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Sunday, November 21, 2010

Open and Shut

I feel a draft coming from somewhere. The window is closed, so I head down the hall to the kitchen. The sliding glass door is open, only the screen shut against the chilly fall air. Blake is out on the trampoline, doing backflips and aerials. "Blake! Don't leave the door open, it's too cold!" I shout. He backflips onto the ground and yells, "Sorry!" Someday I need to sit him down and explain the definition of 'sorry'. I shut the glass door and pick up the baby, who has toddled up to cling to my legs.
     It's his naptime, so I carefully close the hall door and his bedroom door and---there's a muted rattling and a small voice yelling. I sigh as the baby slobbers on my shirt and tries to bite me, a sure sign he's ready to nurse, and go back through the hall to the kitchen. John is at the top of the stairs, trapped by the baby gate. He rattles it fiercely, calling at the top of his lungs, "I--WANT--TO COME--UP!!"
     I open the gate and John slams it shut again. "We can leave it open now because I'm putting James to bed," I explain as I open the gate again. I get him a snack and he runs outside with Blake, leaving the glass door open. I shut it and go back to naptime prep.
     The doors are shut and I settle into my nursing chair. Both of us doze in the quiet, then someone opens the hall door and it bangs against the doorstop. James twitches in his sleep, then resumes nursing, but I hear rummaging in the next room, then footsteps pound down the hall, and someone has left the hall door open.
     For the next several minutes I listen to the voices in the kitchen, the dishes clonking and feet pounding, the noise traveling unhampered into the back hallway. Luckily, James is too out to notice, and I'm able to place him into his crib--just as John opens the door.
     I turn quickly but carefully--"Shhh." John stops, then tiptoes up to me. "I'm hungwy for a dwink," he whispers. At least he is one of my children who knows how to be quiet. We shut the door behind us, close the hall door too, and I get him a drink. He settles in front of the computer and his favorite game and I start to make dinner.
     I call the kids in to set the table and they come in arguing, leaving the glass door open again. I tell the last one in to shut it and they close the screen. "Close the glass door!" They grumble, "It's not that cold." I start to explain that the furnace will heat anything below 70 degrees and do they want to pay to heat the whole outside? Someone slams the gate shut and dishes clatter onto the counter. We manage get the table set and then I realize that the hall door is open again. How do they do it? I was right here all the time and I didn't notice.
     After dinner, the baby is awake and kids are playing, so I have some quiet time. I sit on my bed and read a book. Soon enough, someone comes in to ask something, then they leave and close the door. "You can leave it open--I want it open!" But they're gone.
     I get up and open the door.

About the size of it

I double check my list as I head from my car into Walmart, barely remembering to push the lock button on my keychain. I listen for the beep, then speed up, hoping to get through the store in under an hour this time. I have a love/hate relationship with Walmart. Without them, I couldn't stretch my dollars so far but because of them, I have a lot of stuff I really don't need (I am a clearance addict).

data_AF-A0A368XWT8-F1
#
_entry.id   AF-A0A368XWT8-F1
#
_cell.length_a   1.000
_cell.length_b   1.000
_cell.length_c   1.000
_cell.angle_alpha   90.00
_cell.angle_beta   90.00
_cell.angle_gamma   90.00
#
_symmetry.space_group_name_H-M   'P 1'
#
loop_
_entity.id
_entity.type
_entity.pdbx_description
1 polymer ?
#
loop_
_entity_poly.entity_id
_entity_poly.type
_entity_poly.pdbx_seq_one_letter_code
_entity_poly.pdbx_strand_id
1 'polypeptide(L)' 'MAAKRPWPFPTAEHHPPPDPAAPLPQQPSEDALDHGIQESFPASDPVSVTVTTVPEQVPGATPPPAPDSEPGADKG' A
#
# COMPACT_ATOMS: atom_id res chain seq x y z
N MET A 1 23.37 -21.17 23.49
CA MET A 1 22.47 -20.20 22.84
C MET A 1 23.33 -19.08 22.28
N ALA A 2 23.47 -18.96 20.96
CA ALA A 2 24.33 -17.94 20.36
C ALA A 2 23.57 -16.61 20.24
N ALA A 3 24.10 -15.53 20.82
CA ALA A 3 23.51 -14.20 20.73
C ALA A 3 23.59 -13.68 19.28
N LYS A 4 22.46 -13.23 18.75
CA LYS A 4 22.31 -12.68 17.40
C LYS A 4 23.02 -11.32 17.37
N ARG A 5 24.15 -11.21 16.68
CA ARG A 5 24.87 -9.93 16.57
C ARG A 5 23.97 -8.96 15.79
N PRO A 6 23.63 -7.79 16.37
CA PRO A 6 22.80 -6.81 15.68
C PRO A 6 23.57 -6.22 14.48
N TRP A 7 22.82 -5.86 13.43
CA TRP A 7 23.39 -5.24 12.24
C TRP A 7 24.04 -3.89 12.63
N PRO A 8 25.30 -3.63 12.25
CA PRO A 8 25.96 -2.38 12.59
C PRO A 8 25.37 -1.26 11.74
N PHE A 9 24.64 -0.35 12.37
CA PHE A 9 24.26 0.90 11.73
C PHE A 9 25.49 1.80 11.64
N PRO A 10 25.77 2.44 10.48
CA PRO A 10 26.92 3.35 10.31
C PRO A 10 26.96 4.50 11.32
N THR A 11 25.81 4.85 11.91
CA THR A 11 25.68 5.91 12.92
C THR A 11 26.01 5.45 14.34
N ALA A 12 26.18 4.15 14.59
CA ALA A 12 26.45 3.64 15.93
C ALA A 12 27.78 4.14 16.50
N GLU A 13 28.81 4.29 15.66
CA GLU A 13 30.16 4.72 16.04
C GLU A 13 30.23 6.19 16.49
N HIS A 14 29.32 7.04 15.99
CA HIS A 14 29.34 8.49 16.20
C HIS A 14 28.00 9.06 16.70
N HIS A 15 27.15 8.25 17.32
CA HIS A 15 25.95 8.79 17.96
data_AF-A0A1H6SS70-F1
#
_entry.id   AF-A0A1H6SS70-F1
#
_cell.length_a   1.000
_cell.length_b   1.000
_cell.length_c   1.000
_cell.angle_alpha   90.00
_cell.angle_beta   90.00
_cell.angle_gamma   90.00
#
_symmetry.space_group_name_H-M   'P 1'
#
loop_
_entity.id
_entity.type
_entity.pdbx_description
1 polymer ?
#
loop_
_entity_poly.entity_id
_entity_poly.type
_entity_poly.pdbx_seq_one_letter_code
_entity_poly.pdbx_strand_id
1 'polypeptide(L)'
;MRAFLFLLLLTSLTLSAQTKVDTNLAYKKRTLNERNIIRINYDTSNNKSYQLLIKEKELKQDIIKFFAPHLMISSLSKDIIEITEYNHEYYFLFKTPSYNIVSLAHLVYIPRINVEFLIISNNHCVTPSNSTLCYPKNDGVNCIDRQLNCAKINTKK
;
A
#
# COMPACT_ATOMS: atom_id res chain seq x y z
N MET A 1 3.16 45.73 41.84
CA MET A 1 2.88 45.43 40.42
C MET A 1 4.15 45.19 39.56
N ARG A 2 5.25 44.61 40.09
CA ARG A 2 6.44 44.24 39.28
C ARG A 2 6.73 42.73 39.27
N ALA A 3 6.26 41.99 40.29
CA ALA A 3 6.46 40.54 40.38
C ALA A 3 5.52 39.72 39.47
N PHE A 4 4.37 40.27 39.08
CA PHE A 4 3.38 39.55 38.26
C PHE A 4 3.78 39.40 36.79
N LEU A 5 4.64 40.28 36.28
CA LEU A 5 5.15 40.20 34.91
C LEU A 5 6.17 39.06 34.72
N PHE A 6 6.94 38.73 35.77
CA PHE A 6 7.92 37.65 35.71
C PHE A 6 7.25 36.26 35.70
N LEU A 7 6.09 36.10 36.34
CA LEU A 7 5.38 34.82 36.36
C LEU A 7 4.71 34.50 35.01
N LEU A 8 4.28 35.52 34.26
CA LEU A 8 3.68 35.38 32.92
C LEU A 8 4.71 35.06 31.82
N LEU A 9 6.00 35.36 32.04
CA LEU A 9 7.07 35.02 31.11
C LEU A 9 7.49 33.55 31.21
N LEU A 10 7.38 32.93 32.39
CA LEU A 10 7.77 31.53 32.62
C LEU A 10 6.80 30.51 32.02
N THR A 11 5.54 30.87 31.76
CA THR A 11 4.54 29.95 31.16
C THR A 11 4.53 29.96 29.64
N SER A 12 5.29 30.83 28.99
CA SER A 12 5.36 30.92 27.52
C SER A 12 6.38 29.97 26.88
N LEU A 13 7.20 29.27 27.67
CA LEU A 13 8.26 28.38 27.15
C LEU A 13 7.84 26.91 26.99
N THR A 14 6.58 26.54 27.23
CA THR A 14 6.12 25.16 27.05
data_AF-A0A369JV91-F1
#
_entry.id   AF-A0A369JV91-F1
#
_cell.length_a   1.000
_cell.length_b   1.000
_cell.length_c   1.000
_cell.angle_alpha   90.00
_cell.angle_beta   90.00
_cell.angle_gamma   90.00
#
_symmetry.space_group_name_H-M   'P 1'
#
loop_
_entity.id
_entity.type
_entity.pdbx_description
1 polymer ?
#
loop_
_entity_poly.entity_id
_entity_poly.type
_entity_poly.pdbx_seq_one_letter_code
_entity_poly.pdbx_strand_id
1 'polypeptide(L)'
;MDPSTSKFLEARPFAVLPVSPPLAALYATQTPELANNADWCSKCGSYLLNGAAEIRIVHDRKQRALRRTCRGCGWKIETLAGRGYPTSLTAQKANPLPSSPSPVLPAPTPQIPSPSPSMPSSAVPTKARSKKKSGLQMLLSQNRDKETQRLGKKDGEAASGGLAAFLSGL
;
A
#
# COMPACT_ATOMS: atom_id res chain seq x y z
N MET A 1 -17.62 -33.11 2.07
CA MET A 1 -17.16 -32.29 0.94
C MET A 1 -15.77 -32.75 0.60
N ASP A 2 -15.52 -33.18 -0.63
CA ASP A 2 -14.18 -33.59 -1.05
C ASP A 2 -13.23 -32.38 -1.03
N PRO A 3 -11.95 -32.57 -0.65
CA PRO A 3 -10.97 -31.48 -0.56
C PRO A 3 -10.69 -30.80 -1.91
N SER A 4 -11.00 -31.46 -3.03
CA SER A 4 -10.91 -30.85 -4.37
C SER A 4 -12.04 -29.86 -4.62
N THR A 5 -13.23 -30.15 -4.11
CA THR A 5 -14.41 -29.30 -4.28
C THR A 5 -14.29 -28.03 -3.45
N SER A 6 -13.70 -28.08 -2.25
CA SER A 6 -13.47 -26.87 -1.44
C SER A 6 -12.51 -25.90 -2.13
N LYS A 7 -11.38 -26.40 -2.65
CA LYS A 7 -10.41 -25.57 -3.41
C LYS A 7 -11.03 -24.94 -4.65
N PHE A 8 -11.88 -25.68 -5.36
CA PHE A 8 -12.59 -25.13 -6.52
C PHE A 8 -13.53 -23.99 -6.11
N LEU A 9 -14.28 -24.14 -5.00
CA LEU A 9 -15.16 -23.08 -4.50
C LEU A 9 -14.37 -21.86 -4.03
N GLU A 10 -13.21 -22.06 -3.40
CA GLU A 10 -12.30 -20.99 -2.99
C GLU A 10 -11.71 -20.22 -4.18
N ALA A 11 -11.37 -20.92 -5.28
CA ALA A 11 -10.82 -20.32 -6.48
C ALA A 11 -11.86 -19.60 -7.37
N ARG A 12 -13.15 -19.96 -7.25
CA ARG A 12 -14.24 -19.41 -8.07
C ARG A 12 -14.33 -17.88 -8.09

I stop in the shampoo aisle and am confronted with fourteen different brands and three different sizes. I narrow down my choice to the brand I want, but which size will suit my needs? It's easy to see which is the better bargain: the small size is 11.5 oz., the large size is 23 oz. I just split the larger size's price in half. Phew! I don't carry a calculator as I take small pride in my ability to do equations in my head.
     I do the rounds toward the baby section, looking for diapers. The jumbo pack has 34 diapers, but we'll go through that too fast. The mega pack has 60--wait a minute. That's not quite double the jumbo. What happened here? I check the club box and am confronted with 96. Ummm, looks like the diaper powers that be can't add. So I stand there in the aisle, squinting at the prices, trying to divide 68 into the price of a little less than 2/3 of 96. Maybe I should carry a calculator.
     I grab the club box and head for the food. I'm looking for Quik (now called Nesquik, though I don't see why they had to change it). There are only two sizes, but I grumble when I see that 38 servings in not half of 72. Why can't they make it easy for us moms? Why do we have to figure out which one is the better deal? Is it that hard for them to find cartons that are exactly double or triple the original size?
     I look at the helpful price tag and see the price per ounce: $1.25. My brain is not so tired as to see that THAT's not right. Thanks, helpful price tag. So I squint at the items again, rounding 72 up to 76 and figuring a little less than half. This time the little one wins.
     The ice cream aisle ropes me in with a great deal on special edition flavors of Dreyer's ice cream. I scan the flavors, wishing I had enough freezer space (and a higher metabolism) for all of them. I grab our two favorites and notice something strange--the container is squattier than normal. I check the ounces and sure enough, they've nocked off 8 more. I shake my head. It's just like them. First they shave off 8 little ounces just to make a buck, then when we've become accustomed to that, they shave off another 8. Pretty soon a half gallon of ice cream will be a quart. But they don't care!
     Or maybe they didn't notice that they shaved off the 8 ounces. Maybe they're just in cahoots with the diaper guys and the Quik guys. Maybe they just can't add.